Episode 78: Teaching for Gender Equity in Social Studies with Mardi Schmeichel

In episode 78, Dan and Michael chat with Mardi Schmeichel about gender equity in the social studies, including her 2015 article published Theory and Research in Social Education titled, “Skirting around critical feminist rationales for teaching women in social studies.”

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Mardi Schmeichel

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Episode 77: Approaches to Teaching Race in the Social Studies Classroom with Christopher C. Martell & Kaylene M. Stevens

In episode 77, Michael & Dan chat with Christopher C. Martell & Kaylene M. Stevens about their recently published Theory and Research in Social Education article “Equity- and Tolerance-Oriented Teachers: Approaches to Teaching Race in the Social Studies Classroom”. In their work, they share best practices of teachers and discuss the differences between the equity and tolerance approach to teaching race.

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Episode 75: Evil and Villainification in Social Studies with Cathryn van Kessel & Ryan Crowley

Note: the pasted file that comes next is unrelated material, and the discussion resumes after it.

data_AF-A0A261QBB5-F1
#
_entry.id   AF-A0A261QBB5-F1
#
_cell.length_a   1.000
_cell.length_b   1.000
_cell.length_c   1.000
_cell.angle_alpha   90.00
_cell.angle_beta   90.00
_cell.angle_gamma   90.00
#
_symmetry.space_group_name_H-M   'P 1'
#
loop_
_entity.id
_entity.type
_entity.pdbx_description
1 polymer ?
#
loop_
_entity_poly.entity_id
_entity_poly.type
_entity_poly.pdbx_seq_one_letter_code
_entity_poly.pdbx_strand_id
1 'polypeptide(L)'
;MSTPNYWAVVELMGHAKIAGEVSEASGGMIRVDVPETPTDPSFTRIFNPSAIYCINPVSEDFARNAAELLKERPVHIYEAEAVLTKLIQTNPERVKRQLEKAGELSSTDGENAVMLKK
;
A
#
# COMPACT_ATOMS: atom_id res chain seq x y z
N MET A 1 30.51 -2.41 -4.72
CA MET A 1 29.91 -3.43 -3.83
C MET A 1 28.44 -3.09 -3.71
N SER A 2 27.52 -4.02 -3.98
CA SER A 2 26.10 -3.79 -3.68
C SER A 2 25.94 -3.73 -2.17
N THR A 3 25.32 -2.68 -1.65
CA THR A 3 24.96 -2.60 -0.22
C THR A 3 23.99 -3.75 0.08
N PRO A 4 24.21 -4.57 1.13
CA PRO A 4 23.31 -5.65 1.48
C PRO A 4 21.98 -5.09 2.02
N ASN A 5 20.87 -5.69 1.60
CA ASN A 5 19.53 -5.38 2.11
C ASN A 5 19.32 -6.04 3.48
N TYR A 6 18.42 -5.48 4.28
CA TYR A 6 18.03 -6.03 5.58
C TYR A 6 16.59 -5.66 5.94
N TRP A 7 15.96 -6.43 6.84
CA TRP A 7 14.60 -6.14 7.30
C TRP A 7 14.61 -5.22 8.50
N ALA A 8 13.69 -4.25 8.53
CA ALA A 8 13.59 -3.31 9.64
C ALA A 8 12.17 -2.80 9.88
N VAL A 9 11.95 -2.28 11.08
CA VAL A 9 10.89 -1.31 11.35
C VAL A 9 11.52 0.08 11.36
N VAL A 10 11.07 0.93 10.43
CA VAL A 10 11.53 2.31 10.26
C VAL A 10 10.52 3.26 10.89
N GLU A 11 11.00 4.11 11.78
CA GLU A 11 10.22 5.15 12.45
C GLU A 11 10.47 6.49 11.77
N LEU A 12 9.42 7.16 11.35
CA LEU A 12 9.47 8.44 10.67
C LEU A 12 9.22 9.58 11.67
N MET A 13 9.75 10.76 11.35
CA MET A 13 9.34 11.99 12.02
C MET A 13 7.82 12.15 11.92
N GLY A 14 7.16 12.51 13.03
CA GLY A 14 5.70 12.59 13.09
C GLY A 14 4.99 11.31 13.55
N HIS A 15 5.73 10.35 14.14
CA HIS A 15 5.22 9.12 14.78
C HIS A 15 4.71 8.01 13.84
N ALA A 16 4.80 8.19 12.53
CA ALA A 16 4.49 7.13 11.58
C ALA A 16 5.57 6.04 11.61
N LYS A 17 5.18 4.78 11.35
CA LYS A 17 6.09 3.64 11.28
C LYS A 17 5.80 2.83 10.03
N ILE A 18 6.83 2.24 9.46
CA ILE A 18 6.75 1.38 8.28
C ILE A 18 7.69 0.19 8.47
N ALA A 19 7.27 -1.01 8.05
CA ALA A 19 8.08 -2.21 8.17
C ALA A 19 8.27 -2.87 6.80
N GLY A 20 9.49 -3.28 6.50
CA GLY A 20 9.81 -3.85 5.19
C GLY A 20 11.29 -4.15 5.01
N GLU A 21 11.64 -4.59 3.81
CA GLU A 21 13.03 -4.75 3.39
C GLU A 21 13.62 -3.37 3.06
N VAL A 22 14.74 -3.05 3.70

In episode 75, Michael & Dan chat with Cathryn van Kessel and Ryan M. Crowley about their recently published Theory and Research in Social Education article “Villainification and Evil in Social Studies Education. One of the big highlights is how to make ‘historical villains’ more three dimensional.

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Episode 74: Civic Online Reasoning with Sarah McGrew

In episode 74, Dan and Michael chat with Sarah McGrew of the Stanford History Education Group (SHEG about civic online reasoning, their new research published in TRSE, and how teachers can use the assessments.

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Books, articles, lessons, and other amazing resources

  1. McGrew, S., Breakstone, J., Ortega, T., Smith, M. & Wineburg, S. (in press). Can students evaluate online sources?: Learning from assessments of civic online reasoning. Theory & Research in Social Education. Advance online publication. Retrieved from http://www.tandfonline.com/doi/full/10.1080/00933104.2017.1416320
  2. Check out all the SHEG Civic Online Reasoning competencies and assessments: https://sheg.stanford.edu/civic-online-reasoning (requires login, but all materials are free!)
  3. “Why Students Can’t Google Their Way to the Truth: Fact-checkers and students approach websites differently” by Sam Wineburg and Sarah McGrew in EdWeek (11/01/16)
  4. The Challenge That’s Bigger Than Fake News: Civic Reasoning in a Social Media Environment” by Sarah McGrew, Teresa Ortega, Joel Breakstone, & Sam Wineburg in AFT.org
  5. Here’s an article that was written by a teacher collaborator: “Real Teaching in an Era of Fake News” by Will Colglazier in AFT.org.
  6. Wineburg, S. & McGrew, S. (2017, October 9). Lateral Reading: Reading Less and Learning More When Evaluating Digital Information. Stanford History Education Group Working Paper No. 2017-A1 (56 pages).